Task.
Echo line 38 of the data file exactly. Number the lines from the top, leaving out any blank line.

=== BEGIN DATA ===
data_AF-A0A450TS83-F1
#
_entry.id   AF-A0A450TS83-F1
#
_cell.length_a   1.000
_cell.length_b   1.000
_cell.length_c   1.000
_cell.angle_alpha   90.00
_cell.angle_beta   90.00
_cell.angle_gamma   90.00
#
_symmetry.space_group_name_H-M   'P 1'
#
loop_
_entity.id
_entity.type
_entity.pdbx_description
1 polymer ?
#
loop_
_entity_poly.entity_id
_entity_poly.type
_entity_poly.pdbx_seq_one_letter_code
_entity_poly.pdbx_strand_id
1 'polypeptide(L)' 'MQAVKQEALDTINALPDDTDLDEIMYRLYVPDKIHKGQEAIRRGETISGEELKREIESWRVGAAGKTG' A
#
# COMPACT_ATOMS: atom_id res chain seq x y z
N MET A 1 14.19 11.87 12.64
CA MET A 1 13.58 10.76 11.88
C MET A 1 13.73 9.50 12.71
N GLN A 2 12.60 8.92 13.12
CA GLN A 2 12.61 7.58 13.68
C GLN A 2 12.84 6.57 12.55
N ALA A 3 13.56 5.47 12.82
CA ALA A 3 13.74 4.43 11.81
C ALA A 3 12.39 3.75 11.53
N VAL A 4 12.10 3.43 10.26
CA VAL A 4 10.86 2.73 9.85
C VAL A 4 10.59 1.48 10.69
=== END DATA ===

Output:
CA VAL A 4 10.86 2.73 9.85